This book will give voice to all those who have chosen to keep living. It’s gratifying and beautiful. But also messy and hard. Like most families. Except that one day every year history comes roaring back. How do you embrace that? How do you honor that?

The Man I Never Met is also a peek at Adam Schefter, the man behind the headlines and injury reports; a real person who has a real family. His book will follow in the path of recent ESPN books by Tom Rinaldi and the late Stuart Scott – books that have transcended sport to examine the raw emotion of life.


Memoir from Antproof Case
by Mark Helprin

An old American who lives in Brazil is writing his memoirs. An English teacher at the naval academy, he is married to a woman young enough to be his daughter and has a little son whom he loves. He sits in a mountain garden in Niterói, overlooking the ocean.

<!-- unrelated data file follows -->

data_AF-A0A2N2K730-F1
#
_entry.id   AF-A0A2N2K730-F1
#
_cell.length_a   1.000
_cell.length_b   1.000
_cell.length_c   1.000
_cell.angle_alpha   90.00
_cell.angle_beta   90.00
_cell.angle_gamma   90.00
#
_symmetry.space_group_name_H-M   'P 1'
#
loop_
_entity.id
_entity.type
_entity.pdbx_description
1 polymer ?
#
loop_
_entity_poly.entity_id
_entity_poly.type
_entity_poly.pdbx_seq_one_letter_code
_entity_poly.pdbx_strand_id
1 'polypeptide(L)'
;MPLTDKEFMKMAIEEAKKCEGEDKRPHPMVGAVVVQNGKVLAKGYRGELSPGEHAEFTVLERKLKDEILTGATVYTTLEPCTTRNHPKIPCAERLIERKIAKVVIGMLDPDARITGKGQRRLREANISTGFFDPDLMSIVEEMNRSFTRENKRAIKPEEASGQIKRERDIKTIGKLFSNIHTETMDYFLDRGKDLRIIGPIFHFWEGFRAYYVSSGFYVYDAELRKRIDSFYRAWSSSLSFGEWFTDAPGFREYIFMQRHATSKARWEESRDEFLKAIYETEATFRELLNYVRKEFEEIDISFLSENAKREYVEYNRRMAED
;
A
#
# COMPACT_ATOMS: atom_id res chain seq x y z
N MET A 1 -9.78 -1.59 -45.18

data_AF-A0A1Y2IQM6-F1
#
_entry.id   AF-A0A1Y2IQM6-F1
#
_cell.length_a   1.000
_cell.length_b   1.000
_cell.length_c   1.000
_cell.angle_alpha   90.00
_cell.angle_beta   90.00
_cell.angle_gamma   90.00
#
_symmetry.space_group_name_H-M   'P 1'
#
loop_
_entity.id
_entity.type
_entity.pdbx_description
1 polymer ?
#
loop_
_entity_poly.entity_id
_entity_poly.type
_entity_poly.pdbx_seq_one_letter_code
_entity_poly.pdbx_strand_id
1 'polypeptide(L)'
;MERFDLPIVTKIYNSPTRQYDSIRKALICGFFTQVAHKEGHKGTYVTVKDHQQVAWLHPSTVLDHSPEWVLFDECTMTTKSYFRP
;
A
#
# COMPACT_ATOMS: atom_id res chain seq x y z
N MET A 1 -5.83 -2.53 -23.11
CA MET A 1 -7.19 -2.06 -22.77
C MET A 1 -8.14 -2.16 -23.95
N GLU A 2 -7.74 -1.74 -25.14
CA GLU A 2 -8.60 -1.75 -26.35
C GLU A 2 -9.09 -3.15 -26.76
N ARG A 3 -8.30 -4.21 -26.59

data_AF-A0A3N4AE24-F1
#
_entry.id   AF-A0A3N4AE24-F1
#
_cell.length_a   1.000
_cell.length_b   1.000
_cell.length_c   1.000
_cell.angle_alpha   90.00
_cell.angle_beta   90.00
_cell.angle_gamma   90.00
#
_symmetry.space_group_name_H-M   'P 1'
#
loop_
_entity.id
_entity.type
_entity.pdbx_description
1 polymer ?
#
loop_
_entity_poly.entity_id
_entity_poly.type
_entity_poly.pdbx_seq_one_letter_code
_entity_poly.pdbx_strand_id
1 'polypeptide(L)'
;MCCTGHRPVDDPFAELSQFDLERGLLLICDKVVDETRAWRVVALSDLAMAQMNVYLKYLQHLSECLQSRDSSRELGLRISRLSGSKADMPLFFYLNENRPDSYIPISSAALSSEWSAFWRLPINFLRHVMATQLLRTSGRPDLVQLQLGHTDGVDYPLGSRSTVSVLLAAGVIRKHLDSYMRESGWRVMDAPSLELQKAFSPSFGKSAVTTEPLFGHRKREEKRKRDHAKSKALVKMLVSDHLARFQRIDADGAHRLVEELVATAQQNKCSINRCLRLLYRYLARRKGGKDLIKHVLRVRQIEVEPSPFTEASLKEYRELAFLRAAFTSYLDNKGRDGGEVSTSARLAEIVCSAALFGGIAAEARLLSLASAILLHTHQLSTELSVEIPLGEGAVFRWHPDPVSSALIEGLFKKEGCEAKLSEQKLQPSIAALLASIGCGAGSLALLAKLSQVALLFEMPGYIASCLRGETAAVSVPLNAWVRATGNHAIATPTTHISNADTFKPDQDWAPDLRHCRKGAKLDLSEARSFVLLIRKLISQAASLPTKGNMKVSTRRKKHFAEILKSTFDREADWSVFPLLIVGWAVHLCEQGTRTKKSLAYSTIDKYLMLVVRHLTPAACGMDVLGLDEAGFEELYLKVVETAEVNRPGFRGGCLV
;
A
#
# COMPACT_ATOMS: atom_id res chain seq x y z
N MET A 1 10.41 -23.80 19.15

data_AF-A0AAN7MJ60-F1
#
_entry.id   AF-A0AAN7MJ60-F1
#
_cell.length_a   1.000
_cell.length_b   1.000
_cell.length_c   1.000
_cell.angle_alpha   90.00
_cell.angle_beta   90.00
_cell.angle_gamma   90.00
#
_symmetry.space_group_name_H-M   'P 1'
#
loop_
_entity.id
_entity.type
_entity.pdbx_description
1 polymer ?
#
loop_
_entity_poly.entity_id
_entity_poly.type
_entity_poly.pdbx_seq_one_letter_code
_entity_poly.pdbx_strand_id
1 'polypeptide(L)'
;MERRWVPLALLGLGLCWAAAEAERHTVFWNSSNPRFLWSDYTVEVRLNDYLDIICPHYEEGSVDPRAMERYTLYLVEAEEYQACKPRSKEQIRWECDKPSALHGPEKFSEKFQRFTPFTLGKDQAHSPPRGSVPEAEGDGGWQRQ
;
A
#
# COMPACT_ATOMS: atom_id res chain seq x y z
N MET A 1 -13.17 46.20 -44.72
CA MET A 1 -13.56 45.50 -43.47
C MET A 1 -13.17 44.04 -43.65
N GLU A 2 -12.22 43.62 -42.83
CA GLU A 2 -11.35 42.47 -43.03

As he reminisces and writes, placing the pages carefully in his antproof case, we learn that he was a World War II ace who was shot down twice, an investment banker who met with popes and presidents, and a man who was never not in love. He was the thief of the century, a murderer, and a protector of the innocent. And all his life he waged a valiant, losing, one-man battle against the world’s most insidious enslaver: coffee.

Mark Helprin combines adventure, satire, flights of transcendence, and high comedy in this “memoir” of a man whose life reads like the song of the twentieth century.


All You Can Ever Know
by Nicole Chung

Long-listed for PEN Open Book Award

Named a Best Book of the Year by The Washington Post, NPR, Time, The Boston Globe, Real Simple, Buzzfeed, Jezebel, Bustle, Library Journal, Chicago Public Library, and more

“This book moved me to my very core. . . . [All You Can Ever Know] should be required reading for anyone who has ever had, wanted, or found a family―which is to say, everyone.” ―Celeste Ng, author of Little Fires Everywhere